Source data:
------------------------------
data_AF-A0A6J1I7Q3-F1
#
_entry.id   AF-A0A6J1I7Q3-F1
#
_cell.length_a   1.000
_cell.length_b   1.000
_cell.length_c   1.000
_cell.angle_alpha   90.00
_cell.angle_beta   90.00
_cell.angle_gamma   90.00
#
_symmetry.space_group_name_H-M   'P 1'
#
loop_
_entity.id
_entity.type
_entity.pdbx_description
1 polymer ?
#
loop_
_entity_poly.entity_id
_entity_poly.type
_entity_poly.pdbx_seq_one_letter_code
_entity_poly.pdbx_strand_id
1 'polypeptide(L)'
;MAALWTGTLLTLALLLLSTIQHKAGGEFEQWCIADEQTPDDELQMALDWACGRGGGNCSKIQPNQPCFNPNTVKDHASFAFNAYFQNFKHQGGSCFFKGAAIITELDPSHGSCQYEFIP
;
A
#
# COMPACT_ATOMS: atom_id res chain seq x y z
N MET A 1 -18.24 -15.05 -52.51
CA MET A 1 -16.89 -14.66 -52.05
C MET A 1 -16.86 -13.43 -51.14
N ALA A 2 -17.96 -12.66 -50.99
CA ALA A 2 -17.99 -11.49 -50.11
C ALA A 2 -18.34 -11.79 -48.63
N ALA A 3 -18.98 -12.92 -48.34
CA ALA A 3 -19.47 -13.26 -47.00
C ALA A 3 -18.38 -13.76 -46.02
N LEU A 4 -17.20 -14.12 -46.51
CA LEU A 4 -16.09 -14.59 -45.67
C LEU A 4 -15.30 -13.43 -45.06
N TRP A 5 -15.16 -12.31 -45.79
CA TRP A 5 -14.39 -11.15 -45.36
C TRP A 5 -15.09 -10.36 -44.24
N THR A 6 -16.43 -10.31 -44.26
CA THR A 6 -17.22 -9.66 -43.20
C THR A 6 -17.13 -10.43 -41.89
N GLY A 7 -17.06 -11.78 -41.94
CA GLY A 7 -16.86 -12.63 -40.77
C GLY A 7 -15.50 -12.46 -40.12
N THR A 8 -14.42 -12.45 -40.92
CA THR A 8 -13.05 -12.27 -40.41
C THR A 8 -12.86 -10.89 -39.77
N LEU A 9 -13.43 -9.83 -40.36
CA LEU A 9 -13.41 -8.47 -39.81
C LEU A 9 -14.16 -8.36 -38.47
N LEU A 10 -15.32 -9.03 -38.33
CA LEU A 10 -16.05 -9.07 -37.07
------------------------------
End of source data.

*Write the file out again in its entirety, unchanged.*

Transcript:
data_AF-A0A6J1I7Q3-F1
#
_entry.id   AF-A0A6J1I7Q3-F1
#
_cell.length_a   1.000
_cell.length_b   1.000
_cell.length_c   1.000
_cell.angle_alpha   90.00
_cell.angle_beta   90.00
_cell.angle_gamma   90.00
#
_symmetry.space_group_name_H-M   'P 1'
#
loop_
_entity.id
_entity.type
_entity.pdbx_description
1 polymer ?
#
loop_
_entity_poly.entity_id
_entity_poly.type
_entity_poly.pdbx_seq_one_letter_code
_entity_poly.pdbx_strand_id
1 'polypeptide(L)'
;MAALWTGTLLTLALLLLSTIQHKAGGEFEQWCIADEQTPDDELQMALDWACGRGGGNCSKIQPNQPCFNPNTVKDHASFAFNAYFQNFKHQGGSCFFKGAAIITELDPSHGSCQYEFIP
;
A
#
# COMPACT_ATOMS: atom_id res chain seq x y z
N MET A 1 -18.24 -15.05 -52.51
CA MET A 1 -16.89 -14.66 -52.05
C MET A 1 -16.86 -13.43 -51.14
N ALA A 2 -17.96 -12.66 -50.99
CA ALA A 2 -17.99 -11.49 -50.11
C ALA A 2 -18.34 -11.79 -48.63
N ALA A 3 -18.98 -12.92 -48.34
CA ALA A 3 -19.47 -13.26 -47.00
C ALA A 3 -18.38 -13.76 -46.02
N LEU A 4 -17.20 -14.12 -46.51
CA LEU A 4 -16.09 -14.59 -45.67
C LEU A 4 -15.30 -13.43 -45.06
N TRP A 5 -15.16 -12.31 -45.79
CA TRP A 5 -14.39 -11.15 -45.36
C TRP A 5 -15.09 -10.36 -44.24
N THR A 6 -16.43 -10.31 -44.26
CA THR A 6 -17.22 -9.66 -43.20
C THR A 6 -17.13 -10.43 -41.89
N GLY A 7 -17.06 -11.78 -41.94
CA GLY A 7 -16.86 -12.63 -40.77
C GLY A 7 -15.50 -12.46 -40.12
N THR A 8 -14.42 -12.45 -40.92
CA THR A 8 -13.05 -12.27 -40.41
C THR A 8 -12.86 -10.89 -39.77
N LEU A 9 -13.43 -9.83 -40.36
CA LEU A 9 -13.41 -8.47 -39.81
C LEU A 9 -14.16 -8.36 -38.47
N LEU A 10 -15.32 -9.03 -38.33
CA LEU A 10 -16.05 -9.07 -37.07